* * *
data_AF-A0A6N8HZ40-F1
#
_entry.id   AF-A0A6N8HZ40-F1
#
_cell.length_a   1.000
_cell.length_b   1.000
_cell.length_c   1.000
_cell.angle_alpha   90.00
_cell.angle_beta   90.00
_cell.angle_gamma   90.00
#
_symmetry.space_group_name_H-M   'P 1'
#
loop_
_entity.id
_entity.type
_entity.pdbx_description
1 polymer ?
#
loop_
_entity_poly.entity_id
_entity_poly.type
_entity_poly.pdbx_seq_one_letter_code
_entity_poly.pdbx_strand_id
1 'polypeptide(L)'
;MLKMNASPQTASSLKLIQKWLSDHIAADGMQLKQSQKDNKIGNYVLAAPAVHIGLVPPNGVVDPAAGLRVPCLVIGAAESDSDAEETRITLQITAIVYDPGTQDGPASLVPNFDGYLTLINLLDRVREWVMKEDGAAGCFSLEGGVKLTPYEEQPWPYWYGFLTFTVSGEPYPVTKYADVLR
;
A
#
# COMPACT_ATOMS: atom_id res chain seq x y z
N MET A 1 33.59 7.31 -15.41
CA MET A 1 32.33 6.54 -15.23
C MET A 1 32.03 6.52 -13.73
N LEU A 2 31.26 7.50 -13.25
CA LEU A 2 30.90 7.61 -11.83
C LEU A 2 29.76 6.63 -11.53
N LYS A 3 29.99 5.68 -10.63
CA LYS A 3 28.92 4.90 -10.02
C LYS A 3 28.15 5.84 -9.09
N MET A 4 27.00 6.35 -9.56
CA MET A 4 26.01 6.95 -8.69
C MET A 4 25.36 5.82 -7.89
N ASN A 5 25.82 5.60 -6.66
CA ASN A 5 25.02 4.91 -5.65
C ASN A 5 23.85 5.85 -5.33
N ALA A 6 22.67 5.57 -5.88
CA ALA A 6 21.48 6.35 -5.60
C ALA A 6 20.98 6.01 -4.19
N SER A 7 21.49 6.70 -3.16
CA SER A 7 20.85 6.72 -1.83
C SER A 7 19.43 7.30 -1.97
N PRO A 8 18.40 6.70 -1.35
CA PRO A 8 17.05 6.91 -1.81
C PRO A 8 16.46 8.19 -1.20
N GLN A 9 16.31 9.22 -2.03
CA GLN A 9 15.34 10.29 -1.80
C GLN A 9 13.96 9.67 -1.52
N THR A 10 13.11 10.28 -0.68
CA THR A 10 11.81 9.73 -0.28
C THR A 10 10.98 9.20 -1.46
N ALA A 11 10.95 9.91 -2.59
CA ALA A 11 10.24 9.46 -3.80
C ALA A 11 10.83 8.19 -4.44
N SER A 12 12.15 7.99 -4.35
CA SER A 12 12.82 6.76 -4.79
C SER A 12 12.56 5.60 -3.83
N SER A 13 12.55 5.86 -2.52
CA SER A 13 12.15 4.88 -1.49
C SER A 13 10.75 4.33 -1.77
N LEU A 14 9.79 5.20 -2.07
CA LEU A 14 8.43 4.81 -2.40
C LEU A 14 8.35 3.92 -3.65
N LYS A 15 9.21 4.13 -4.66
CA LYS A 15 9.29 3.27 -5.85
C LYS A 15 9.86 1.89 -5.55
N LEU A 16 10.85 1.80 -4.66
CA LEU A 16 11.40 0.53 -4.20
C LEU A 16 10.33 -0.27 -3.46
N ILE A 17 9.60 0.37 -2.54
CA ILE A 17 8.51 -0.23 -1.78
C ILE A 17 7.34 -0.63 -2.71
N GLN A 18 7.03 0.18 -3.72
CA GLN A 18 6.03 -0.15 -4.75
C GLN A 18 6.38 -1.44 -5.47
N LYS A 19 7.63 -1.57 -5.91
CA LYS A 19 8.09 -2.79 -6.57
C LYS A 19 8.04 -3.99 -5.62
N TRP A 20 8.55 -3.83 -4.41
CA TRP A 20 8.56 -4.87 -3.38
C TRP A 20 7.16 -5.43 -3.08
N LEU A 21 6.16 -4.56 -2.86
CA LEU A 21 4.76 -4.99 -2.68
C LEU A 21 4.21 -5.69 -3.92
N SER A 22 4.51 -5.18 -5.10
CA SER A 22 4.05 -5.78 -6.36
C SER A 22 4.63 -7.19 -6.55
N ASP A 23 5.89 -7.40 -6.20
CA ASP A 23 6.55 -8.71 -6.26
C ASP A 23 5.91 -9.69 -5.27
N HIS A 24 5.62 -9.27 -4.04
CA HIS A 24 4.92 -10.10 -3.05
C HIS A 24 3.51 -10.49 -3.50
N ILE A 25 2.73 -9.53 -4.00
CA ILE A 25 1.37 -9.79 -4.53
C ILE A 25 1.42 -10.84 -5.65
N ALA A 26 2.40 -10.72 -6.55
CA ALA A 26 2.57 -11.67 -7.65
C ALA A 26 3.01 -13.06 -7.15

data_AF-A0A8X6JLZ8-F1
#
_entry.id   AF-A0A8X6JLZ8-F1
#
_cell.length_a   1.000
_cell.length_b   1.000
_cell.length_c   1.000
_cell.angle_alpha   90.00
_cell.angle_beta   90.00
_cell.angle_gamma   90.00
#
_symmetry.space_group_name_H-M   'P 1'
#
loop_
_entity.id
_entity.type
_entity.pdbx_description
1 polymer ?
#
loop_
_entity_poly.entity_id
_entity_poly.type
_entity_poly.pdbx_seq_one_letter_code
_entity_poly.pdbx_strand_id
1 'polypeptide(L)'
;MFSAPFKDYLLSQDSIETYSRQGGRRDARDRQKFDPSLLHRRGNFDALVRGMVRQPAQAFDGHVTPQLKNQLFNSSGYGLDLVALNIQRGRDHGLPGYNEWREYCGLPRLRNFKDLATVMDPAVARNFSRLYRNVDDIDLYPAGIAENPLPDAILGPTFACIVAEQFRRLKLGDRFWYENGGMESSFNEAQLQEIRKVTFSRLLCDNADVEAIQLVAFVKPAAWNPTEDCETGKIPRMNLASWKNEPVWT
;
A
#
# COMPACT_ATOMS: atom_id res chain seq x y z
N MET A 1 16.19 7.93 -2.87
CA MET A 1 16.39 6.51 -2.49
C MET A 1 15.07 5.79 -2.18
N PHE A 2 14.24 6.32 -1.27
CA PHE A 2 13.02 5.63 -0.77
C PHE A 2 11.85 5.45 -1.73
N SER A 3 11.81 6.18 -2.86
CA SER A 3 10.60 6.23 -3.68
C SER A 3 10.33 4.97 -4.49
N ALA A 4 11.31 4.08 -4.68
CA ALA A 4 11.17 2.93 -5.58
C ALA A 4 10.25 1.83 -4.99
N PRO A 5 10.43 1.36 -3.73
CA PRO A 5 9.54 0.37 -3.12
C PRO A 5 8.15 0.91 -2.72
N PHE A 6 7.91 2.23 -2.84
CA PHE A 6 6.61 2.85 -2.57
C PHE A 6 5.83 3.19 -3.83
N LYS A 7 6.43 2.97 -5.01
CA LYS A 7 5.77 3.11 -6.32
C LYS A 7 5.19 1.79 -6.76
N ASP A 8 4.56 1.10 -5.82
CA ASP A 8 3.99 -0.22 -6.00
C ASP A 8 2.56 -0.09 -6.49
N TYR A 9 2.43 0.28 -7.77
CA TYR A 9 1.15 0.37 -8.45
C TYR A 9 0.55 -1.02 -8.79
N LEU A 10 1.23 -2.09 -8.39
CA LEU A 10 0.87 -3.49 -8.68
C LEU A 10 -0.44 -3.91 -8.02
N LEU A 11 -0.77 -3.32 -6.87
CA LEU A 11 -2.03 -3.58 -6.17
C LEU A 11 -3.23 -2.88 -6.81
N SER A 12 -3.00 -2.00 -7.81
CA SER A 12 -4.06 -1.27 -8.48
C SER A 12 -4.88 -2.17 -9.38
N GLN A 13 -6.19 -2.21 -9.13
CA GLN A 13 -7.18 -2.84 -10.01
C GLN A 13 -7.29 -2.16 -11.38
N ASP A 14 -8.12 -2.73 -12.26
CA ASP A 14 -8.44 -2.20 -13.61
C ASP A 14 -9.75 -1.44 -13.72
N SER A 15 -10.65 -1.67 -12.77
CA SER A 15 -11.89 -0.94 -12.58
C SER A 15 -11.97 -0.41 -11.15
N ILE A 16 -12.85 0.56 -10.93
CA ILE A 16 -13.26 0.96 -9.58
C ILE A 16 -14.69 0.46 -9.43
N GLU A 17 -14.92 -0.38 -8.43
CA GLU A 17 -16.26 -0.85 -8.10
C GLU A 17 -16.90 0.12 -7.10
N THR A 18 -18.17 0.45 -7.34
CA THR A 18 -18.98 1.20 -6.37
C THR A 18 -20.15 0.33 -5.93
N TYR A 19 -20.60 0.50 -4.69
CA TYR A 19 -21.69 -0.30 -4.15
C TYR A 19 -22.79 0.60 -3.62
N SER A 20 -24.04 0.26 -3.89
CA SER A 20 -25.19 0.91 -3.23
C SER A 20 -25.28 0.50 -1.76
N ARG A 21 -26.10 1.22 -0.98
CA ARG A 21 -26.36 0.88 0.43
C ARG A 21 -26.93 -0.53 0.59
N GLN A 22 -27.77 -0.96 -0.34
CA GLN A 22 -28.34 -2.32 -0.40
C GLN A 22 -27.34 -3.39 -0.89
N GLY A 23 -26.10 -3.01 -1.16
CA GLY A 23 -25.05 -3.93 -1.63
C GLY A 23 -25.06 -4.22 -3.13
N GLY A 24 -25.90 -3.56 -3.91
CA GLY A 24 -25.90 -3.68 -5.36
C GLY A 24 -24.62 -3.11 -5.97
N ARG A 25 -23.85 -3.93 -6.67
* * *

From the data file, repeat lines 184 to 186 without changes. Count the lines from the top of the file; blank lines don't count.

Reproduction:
N ILE A 16 -12.85 0.56 -10.93
CA ILE A 16 -13.26 0.96 -9.58
C ILE A 16 -14.69 0.46 -9.43